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Date of Award

3-1996

Degree Type

Thesis

Degree Name

Doctor of Philosophy (PhD)

Department

Sociology

Supervisor

Dr. Margaret Denton

Co-Supervisor

Dr. John Fox

Language

English

Abstract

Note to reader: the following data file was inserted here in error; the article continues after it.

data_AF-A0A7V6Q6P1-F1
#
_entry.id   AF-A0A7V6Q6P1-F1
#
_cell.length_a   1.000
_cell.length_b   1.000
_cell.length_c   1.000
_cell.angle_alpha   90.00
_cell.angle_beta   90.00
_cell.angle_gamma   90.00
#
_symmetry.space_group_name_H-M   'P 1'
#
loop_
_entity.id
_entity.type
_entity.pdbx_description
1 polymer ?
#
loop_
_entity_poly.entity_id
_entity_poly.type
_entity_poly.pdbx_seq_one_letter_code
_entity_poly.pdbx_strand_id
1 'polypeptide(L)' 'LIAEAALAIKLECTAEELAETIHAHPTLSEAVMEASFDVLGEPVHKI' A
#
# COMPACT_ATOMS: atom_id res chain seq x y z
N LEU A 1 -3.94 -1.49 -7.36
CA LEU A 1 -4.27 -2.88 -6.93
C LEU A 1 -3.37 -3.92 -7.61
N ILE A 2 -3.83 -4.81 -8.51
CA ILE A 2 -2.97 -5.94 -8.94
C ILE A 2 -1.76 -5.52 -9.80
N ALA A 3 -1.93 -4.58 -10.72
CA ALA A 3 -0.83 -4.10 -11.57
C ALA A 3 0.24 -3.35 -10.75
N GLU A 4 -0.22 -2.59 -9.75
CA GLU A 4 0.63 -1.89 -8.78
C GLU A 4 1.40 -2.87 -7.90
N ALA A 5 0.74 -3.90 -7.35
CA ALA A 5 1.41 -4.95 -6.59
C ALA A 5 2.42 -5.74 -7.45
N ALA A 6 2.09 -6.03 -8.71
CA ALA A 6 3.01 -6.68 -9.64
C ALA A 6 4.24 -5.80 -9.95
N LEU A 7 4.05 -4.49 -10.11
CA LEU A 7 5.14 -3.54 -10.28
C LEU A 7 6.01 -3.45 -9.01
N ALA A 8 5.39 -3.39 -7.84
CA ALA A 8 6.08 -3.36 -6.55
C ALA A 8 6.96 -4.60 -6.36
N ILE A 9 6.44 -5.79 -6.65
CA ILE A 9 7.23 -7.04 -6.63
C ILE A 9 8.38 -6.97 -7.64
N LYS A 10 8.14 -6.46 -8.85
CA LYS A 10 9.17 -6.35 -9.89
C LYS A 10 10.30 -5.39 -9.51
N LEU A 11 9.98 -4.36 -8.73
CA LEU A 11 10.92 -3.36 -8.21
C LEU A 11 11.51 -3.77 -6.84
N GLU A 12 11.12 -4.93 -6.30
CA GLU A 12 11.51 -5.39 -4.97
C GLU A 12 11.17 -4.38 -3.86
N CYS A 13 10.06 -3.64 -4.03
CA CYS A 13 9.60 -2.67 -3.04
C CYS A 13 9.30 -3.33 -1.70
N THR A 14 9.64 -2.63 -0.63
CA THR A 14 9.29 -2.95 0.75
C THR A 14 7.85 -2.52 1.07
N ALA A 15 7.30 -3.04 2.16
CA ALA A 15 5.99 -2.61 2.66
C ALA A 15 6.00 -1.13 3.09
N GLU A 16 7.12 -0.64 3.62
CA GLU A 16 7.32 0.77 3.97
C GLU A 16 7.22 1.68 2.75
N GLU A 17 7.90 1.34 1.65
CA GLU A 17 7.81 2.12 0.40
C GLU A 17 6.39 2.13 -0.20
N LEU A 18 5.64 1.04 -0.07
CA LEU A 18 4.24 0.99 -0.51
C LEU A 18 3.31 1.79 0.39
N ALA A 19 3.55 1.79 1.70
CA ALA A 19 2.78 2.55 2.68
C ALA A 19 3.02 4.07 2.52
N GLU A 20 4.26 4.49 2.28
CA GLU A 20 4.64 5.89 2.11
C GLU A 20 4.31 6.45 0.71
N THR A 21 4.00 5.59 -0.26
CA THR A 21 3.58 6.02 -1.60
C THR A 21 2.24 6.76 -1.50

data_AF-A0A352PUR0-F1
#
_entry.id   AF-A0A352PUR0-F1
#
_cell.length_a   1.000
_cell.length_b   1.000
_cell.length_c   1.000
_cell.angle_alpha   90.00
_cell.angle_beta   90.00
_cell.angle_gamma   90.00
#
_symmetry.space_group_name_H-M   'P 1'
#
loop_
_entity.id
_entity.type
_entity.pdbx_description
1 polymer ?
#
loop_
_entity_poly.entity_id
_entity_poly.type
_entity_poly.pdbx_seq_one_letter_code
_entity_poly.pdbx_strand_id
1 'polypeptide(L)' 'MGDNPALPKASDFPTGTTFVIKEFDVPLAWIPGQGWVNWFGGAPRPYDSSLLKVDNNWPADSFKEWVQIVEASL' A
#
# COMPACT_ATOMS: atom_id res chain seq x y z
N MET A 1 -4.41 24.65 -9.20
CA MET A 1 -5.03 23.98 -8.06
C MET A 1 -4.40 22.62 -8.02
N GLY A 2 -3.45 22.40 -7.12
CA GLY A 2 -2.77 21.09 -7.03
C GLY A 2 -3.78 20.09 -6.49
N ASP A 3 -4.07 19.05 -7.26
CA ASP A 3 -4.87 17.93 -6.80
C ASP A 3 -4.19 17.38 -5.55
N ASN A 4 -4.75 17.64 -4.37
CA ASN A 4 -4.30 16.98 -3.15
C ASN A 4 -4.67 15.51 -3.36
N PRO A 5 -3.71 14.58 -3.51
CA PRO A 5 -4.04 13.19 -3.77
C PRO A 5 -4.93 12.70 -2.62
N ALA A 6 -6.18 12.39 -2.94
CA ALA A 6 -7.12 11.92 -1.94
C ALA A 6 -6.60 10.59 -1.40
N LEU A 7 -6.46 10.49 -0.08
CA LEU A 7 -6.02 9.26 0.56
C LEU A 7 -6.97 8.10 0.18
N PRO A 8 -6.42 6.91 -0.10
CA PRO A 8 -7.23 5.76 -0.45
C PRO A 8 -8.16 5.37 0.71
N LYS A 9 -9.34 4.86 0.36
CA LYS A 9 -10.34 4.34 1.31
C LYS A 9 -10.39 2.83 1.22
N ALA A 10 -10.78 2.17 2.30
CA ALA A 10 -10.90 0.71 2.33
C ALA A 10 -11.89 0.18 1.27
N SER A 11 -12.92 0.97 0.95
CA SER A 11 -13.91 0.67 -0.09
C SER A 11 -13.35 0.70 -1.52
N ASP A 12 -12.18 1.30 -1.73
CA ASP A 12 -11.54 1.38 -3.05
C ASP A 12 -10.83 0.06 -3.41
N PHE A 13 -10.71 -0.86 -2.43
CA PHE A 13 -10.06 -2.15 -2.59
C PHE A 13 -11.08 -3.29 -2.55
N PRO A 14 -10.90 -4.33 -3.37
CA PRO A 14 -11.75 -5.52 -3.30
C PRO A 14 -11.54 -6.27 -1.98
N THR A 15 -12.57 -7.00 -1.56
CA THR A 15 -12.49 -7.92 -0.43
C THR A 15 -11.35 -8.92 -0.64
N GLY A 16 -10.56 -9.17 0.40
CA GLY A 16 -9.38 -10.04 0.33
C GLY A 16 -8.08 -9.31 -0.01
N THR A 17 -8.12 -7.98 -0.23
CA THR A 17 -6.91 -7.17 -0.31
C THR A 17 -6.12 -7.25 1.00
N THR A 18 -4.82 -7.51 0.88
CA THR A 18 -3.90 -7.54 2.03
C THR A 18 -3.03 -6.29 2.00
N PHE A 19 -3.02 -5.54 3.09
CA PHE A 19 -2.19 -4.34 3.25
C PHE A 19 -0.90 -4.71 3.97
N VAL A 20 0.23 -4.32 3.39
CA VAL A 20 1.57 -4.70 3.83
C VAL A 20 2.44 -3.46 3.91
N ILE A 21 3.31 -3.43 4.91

Evidence in the literature and from the 1991 Census indicates that there has been significant educational and occupational mobility among Canadian ethnic groups over the past decades. The extent of ethnic mobility in earnings, however, has been quite different from that in education and occupation. The present study re-examines the issue of ethnic and racial inequalities in earnings and evaluates two contending views, namely, the Vertical Mosaic thesis, which emphasizes ethnicity as a fundamental basis of social stratification in Canada, and the New Mosaic thesis, which stresses ethnic mobility in socioeconomic status. Based on the Public Use Microdata File on Individuals drawn from the 1991 Census of Canada, it is found that, while earnings differences were not profound either among European groups or among visible minorities, substantial disparities existed between these two broad categories to the disadvantage of visible minorities. It is therefore argued that neither the Vertical Mosaic thesis nor the New Mosaic perspective is adequate in describing current Canadian society: the Canadian Mosaic is still vertical, but race has replaced ethnicity as a fundamental basis of stratification in earnings. In a regression model estimating the extent of "direct" pay discrimination, or "unequal pay for equal work," ethnic differences in a number of earnings-related variables were statistically controlled. Substantial earnings differentials were again found, though to a lesser extent, largely between European groups and visible minorities. Such discrimination was further demonstrated when ethnic earnings differentials were estimated within educational and occupational categories and within immigrant cohorts. It is evident that equal work was not paid equally and that racial discrimination was still a significant phenomenon in the Canadian labour market in the early 1990s.

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